Seven weeks, 264 games and playoff matchups that came down to the very last day. The WNBA regular-season has given way to the added excitement and the drama of the postseason.
First-round single-elimination games begin Tuesday on ESPN2, leaving no room for error.
Let’s take a look at the six storylines that will dominate this postseason.
To the rested go the spoils?
In every season but one since 2016, when the WNBA went to the current format of two single-elimination rounds and a double-bye to the semifinals for the top two seeds, those top two seeds have met in the WNBA Finals. The only exception was 2018 when the Washington Mystics reached the Finals as a No. 3 seed. That puts Las Vegas, a No. 1 seed for the first time, and Seattle in an historically strong position. It also doesn’t hurt that for the first time in this sprint of a 22-game season, both the Aces and the Storm will get a week off before playing their first semifinal game on Sunday. Seven days of rest is like gold. Seattle might need it a bit more at this point, considering that Breanna Stewart, an MVP candidate, and Sue Bird sat out the season finale with nagging injuries that should have time to heal this week. The Storm got 30 points from Jewell Loyd in the season finale and Alysha Clark’s defense has been stellar, but Seattle will need to be closer to full strength for a title challenge against an Aces team that is rolling.
Las Vegas finished with the best record in the WNBA by winning six straight to close out the regular season, including wins over playoff-bound teams Connecticut, Minnesota, Los Angeles and Seattle. Led by A’ja Wilson, the Aces are the top scoring team in the WNBA with the top-scoring bench led by Dearica Hamby.
Can Washington’s mojo continue?
The defending champs, reaching the playoffs for the fourth straight season, managed to get into the playoffs on the last day of the regular season, having won four straight games to close out the schedule. Myisha Hines-Allen was named WNBA Player of the Week after averaging 24.3 points, 9.5 rebounds and 3.3 assists during the four-game run. Ariel Atkins is averaging 17.5 points a game over the past six games, in which the Mystics have gone 5-1. Hines-Allen, Atkins and Meesseeman will anchor this team’s postseason run, which will require two single-game elimination wins. This is a team that lost 12 of 13 at one point, but rallied for a strong finish. Can they rally again for a third straight trip to the Finals?
Can Phoenix rise without Griner?
Without Brittney Griner on the floor for the first time in eight straight playoff appearances, can the Phoenix Mercury make a title run as the No. 5 seed? Winning seven of nine to close out the season certainly suggests it’s possible. Diana Taurasi and Skylar Diggins-Smith have upped the scoring ante (averaging a league-best combined 36.4 points a game) to push Phoenix to a 7-3 record without Griner. On the season, however, they own a 2-0 mark against their first-round opponent in Washington. Taurasi and Diggins-Smith will need help inside from Kia Vaughn and Brianna Turner.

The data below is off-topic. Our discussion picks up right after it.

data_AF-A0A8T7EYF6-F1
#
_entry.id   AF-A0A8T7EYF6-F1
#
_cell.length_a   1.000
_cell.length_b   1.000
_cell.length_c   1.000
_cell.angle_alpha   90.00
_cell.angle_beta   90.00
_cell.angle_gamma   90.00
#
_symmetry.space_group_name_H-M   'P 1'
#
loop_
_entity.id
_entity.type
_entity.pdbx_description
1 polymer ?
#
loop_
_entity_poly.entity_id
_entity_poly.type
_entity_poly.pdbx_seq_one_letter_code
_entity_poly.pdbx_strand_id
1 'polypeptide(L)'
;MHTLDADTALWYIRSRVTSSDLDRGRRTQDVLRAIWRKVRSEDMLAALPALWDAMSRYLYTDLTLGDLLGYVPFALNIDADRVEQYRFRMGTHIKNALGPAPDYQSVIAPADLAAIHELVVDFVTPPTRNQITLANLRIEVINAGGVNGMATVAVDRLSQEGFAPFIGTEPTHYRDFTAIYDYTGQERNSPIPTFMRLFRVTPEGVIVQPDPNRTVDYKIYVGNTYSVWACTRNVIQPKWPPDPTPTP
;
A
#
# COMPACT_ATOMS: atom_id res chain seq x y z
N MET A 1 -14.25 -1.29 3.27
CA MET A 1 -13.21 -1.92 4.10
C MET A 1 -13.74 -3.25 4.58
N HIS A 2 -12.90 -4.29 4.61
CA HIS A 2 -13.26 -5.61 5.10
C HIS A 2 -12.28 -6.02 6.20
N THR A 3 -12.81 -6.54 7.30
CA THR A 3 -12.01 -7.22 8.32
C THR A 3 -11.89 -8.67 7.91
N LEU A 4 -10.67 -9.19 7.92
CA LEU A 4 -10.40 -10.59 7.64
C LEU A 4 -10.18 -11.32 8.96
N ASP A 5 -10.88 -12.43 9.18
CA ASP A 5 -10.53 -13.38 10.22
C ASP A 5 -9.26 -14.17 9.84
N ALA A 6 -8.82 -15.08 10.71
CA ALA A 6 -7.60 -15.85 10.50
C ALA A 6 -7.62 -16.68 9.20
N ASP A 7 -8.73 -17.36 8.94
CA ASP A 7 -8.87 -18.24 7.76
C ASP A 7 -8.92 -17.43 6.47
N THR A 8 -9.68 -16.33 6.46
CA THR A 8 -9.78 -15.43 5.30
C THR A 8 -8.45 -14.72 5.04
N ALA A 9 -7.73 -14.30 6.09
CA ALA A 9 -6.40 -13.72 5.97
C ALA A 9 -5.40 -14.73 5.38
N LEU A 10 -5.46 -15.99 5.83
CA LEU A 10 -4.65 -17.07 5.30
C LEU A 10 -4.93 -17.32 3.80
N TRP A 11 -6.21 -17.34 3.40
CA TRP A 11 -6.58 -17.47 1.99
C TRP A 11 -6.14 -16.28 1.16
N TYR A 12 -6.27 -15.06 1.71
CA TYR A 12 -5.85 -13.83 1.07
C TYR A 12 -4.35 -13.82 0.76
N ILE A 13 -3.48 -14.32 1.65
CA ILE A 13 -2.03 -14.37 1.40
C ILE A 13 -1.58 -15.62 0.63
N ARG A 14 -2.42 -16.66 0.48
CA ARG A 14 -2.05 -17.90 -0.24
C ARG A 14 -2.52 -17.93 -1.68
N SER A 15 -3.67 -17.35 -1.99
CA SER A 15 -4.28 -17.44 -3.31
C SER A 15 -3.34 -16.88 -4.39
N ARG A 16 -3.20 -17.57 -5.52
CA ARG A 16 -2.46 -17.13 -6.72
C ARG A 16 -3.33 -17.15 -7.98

Is Big Syl coming back to help the Lynx?
With former MVP Sylvia Fowles having played just seven regular-season games thanks to a stubborn calf injury, the Minnesota Lynx had to find a different way to win and they did that, locking up the No. 4 seed and a first-round bye in the franchise’s 10th straight playoff appearance. It looks now like Fowles will be back on the floor for the postseason, but how does that impact Minnesota? Will it take time to re-integrate her back into the rhythm of play? Because in a single-elimination game, there’s not much time for that. Napheesa Collier and rookie Crystal Dangerfield have paced the offense, but six players have scored at least 25 points in a single game for Cheryl Reeve’s team, the latest being Rachel Banham, who collected 29 points and 10 assists against Indiana in the season finale. The Lynx ended a three-game losing streak with the Indiana win to nail down a first-round bye and will be closer to full strength by the time they take the floor on Thursday night with Big Syl’ back.
Can Chicago get back on track?
The Sky are looking at a tough first-round game against a Connecticut team that has lost two in a row, but Chicago is experiencing its own rough ride, losing six of their last eight games after losing Azura’ Stevens and Diamond DeShields. The Sky need more of what they got in the season finale against Dallas, with Cheyenne Parker scoring 23 points, and rookie Ruthy Hebard having the best game of her young career with 22 points and eight rebounds. This is Chicago’s sixth trip to the playoffs in the last eight seasons. Courtney Vandersloot – the only player in league history ever to average 10.0 assists per game in a single season – Allie Quigley and Stefanie Dolson have been together for a lot of those years. They want to play for a title.
The Sparks come into the playoffs having lost two straight and having failed to secure a top two seed, which means they will be playing a single-elimination game in the second round. Candace Parker has had a spectacular season, and the Sparks’ core group of Parker, Nneka Ogwumike and Chelsea Gray are playoff-experienced and last year’s tumultuous playoff exit is in the rear view mirror. But the reality is that four of their losses this season have come two each to the Storm and Aces and they will need to step things up offensively to keep up with the league’s top two teams to win a championship.
Longtime WNBA reporter Michelle Smith writes a weekly column on WNBA.com throughout the season. The views on this page do not necessarily reflect the views of the WNBA or its clubs.